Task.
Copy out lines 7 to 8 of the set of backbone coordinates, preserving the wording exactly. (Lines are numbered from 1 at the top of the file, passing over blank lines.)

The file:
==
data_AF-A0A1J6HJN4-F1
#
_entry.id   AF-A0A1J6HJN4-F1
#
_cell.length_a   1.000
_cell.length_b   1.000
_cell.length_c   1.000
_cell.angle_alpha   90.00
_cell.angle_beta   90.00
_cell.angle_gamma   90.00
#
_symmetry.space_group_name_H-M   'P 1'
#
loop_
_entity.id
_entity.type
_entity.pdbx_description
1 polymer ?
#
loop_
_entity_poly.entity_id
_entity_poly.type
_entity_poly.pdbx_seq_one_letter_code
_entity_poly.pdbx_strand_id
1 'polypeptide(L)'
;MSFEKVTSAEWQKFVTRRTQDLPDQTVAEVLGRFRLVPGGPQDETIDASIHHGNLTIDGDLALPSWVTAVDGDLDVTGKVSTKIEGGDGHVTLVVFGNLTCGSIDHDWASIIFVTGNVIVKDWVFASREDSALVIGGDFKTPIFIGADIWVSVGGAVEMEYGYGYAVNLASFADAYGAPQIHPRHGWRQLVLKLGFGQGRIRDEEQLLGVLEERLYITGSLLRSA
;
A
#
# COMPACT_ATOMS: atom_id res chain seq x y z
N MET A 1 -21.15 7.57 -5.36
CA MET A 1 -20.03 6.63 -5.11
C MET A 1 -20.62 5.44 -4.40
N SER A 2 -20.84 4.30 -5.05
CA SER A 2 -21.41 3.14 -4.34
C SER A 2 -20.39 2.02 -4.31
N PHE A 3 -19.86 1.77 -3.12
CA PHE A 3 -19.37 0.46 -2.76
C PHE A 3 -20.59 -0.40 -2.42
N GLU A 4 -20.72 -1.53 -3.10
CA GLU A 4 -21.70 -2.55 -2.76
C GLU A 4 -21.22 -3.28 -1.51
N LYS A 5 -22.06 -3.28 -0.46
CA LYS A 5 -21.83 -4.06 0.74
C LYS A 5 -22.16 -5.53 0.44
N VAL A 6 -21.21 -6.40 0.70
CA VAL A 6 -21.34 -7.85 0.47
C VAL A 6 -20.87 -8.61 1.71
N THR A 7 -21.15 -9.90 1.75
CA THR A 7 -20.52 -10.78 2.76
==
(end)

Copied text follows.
_cell.length_c   1.000
_cell.angle_alpha   90.00